In 2019, Children’s Wisconsin shared a five-year, $150 million vision to address the growing mental and behavioral health crisis facing Wisconsin kids.
Since then, the pandemic has amplified existing mental and behavioral health issues, while triggering new ones in other children.
Their innovative approach to mental health treatment was recently featured on 60 Minutes.
Milwaukee With Kids is proud to be partnering with Children’s Wisconsin to spread the word about their mental health initiatives.
Research indicates that more than half of individuals who struggle with mental health conditions in their lifetime start experiencing symptoms before the age of 14. Yet the average length of time between when symptoms appear and treatment begins is often more than 10 years. This underscores the urgency in changing how mental health services are provided to kids.
Here are the initiatives set forth by Children’s Wisconsin in their 2019 vision, and the progress they’ve made so far:
1. Universal Screening for Mental Health
Mental health screening at routine appointments is crucial to identifying issues before they become a crisis.
Depression screening has been integrated into standard practices at all Children’s Wisconsin primary care offices, with nearly 85 percent of all eligible kids age 12 and older screened. All kids whose screens are positive are referred for follow-up care.
A suicide screening tool is also in place in the Children’s Wisconsin Emergency Department and Trauma Center (EDTC). Since it was implemented, nearly 30,000 kids have been screened and more than 4,800 have had positive results and been offered support they may not have otherwise had.
Next steps include more consistent use of the suicide screen in the EDTC and identifying the appropriate screening tool for specialty clinics.
2. Early Childhood Mental Health
Children’s Wisconsin is coordinating the work of multiple specialists and programs for kids ages 5 and under across the state.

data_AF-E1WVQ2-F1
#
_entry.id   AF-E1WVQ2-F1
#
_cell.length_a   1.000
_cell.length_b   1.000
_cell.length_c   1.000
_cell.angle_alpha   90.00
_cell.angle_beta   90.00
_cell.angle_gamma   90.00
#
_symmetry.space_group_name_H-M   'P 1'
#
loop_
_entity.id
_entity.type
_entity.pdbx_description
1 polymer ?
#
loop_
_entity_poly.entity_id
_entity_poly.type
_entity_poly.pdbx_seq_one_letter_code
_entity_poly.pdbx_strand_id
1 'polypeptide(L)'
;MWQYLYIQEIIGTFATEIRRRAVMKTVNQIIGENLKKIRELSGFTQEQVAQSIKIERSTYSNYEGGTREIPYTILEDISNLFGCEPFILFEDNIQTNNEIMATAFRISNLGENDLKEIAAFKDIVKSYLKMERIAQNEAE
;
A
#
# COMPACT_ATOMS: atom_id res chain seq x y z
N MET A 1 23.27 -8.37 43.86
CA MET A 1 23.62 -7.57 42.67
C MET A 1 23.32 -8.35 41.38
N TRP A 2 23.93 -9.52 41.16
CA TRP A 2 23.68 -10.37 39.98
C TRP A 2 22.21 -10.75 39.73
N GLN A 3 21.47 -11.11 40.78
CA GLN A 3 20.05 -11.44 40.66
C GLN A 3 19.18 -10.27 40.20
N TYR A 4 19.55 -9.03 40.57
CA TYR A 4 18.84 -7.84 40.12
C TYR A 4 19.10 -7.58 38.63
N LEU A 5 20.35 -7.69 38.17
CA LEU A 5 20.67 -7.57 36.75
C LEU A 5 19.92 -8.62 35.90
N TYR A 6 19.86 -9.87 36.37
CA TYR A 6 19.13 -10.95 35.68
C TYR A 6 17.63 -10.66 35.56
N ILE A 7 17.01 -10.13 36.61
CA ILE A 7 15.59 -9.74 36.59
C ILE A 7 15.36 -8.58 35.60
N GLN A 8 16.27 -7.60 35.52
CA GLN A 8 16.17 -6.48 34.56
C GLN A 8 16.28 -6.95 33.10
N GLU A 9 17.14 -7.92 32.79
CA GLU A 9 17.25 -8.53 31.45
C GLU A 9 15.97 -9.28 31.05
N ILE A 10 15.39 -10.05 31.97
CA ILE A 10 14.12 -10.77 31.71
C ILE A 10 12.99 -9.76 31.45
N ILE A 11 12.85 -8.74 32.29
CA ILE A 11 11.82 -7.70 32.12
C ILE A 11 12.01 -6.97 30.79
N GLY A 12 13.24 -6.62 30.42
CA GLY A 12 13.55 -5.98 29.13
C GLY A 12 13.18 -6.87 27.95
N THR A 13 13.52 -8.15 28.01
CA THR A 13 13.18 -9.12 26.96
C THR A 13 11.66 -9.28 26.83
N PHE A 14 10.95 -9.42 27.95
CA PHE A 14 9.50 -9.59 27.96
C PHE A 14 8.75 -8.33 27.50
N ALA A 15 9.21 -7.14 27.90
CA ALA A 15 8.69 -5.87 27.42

Children under 5 suffer from mental health challenges and conditions that are difficult to diagnose and therefore often go untreated. Yet early treatment can influence the trajectory of young children and their families — enhancing parent-child interactions and attachment, supporting healthy social-emotional development in infants and toddlers, and even improving parents’ mental health.
3. School-Based Mental and Behavioral Health
Children’s Wisconsin is now supporting school-based mental health in nearly 70 schools throughout Wisconsin.
During the pandemic, this program adopted digital tools to allow staff to continue to support kids through digital visits. This was critical as the social isolation caused by the pandemic intensified the needs of most children.
This support continues to be necessary as some kids have had to adjust back to in-person learning. Some kids were experiencing increased anxiety over fears of being sick, while others struggled with emotions and behaviors back in the classroom. This approach increases access to early intervention by treating kids quickly in a comfortable, accessible, familiar setting — places that families already know and trust.
4. Integrated Mental and Behavioral Health
Children’s Wisconsin has embarked on the largest-scale implementation of integrated mental and behavioral health (IMBH) in any pediatric setting.